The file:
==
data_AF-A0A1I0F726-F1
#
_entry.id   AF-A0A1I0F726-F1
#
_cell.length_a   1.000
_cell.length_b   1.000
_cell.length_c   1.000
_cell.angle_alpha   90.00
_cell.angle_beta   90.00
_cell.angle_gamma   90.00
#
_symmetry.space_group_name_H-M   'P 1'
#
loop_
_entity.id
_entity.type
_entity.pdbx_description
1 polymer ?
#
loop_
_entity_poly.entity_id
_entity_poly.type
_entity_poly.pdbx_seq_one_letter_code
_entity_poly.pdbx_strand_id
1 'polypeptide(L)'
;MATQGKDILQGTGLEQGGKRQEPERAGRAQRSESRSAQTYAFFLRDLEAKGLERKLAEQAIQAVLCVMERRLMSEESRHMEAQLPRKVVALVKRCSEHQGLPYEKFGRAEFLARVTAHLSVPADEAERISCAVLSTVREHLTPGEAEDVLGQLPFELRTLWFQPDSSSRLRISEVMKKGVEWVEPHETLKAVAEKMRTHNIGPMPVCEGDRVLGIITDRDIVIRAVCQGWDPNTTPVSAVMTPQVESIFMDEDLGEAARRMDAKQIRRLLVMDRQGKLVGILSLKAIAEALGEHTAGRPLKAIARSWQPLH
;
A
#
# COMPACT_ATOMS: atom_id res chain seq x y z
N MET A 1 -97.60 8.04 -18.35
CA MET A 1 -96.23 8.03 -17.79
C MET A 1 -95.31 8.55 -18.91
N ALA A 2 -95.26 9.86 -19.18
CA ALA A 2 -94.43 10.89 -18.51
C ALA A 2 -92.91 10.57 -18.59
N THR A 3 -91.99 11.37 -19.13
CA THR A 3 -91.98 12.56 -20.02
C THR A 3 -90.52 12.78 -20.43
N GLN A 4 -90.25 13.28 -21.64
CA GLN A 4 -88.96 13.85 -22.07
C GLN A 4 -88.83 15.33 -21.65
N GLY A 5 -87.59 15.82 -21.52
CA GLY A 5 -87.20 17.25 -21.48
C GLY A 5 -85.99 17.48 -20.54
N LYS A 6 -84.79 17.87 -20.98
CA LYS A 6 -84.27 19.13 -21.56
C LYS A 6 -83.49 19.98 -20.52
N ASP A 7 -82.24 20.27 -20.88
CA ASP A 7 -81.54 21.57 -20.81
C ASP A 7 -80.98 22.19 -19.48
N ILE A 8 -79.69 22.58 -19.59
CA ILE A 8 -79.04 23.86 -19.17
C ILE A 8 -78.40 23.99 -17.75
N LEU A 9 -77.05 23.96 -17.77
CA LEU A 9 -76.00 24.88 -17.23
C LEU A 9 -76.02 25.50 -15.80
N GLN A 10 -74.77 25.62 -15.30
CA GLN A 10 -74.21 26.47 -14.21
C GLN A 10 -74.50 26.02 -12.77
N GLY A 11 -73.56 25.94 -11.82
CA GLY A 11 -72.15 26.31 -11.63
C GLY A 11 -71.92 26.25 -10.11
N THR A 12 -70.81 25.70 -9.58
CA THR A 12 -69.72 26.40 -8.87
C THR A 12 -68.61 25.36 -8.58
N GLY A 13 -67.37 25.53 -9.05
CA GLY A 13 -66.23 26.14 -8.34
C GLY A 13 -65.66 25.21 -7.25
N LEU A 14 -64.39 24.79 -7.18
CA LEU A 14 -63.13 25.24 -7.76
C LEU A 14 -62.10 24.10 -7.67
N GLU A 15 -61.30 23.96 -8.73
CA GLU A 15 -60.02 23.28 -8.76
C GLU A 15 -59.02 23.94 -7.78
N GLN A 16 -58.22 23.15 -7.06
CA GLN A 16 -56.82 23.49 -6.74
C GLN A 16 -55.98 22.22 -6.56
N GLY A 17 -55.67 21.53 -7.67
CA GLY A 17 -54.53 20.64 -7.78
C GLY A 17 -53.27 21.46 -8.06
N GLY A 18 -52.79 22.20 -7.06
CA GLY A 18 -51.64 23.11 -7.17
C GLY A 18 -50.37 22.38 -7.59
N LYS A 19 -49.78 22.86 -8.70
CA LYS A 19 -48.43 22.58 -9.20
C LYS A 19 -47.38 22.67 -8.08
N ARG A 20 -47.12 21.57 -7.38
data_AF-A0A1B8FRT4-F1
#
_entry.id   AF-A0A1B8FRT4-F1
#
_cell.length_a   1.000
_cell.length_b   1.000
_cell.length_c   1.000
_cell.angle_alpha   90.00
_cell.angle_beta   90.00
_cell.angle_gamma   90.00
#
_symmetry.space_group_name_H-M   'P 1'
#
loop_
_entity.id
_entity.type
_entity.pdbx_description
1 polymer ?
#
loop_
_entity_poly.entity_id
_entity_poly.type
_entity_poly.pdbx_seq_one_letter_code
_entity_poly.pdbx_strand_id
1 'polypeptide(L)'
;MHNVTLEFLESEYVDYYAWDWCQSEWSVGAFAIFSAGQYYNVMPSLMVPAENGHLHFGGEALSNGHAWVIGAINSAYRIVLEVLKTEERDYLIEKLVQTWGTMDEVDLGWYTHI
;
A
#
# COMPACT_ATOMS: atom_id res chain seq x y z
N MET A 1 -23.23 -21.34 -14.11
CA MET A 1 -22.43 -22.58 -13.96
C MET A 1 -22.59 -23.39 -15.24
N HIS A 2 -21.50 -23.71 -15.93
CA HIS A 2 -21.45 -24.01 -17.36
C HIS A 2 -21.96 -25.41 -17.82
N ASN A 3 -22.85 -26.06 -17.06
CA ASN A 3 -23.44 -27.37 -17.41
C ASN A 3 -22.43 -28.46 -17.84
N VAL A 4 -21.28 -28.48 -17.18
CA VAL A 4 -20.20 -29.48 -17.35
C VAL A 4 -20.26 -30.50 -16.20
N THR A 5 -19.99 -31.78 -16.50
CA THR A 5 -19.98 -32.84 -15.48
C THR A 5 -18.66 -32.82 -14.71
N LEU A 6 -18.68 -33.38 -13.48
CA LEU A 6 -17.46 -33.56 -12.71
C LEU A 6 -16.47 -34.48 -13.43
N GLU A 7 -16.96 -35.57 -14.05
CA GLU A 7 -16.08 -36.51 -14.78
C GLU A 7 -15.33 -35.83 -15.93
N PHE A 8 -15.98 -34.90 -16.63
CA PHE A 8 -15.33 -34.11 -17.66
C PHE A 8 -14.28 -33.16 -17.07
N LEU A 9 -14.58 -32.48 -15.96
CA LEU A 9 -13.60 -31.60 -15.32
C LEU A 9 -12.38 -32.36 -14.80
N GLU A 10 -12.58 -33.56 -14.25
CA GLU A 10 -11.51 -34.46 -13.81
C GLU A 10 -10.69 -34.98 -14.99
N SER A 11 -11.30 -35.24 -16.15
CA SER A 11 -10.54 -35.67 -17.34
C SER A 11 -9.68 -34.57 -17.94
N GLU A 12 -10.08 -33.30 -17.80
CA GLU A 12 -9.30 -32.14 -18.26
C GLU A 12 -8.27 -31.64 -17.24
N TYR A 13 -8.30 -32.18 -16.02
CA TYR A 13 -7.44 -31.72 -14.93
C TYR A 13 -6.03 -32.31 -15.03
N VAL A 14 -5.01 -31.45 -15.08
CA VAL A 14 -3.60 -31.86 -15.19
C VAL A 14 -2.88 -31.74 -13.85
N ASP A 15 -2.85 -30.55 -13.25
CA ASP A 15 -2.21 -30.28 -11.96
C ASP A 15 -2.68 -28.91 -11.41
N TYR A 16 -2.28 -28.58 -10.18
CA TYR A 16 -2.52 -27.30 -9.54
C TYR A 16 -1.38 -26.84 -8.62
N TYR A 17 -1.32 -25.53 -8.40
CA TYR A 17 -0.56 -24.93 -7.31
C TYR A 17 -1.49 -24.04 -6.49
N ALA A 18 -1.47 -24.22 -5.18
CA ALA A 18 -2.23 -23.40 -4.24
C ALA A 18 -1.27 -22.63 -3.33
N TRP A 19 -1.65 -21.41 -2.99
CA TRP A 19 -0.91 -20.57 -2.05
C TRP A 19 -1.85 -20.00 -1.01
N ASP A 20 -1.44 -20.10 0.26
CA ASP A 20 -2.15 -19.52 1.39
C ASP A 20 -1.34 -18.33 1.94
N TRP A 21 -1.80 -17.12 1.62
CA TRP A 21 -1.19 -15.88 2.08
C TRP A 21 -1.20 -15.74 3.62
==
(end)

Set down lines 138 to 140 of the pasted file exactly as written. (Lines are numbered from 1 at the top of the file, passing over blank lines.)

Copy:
CA GLU A 7 -16.08 -36.51 -14.78
C GLU A 7 -15.33 -35.83 -15.93
N PHE A 8 -15.98 -34.90 -16.63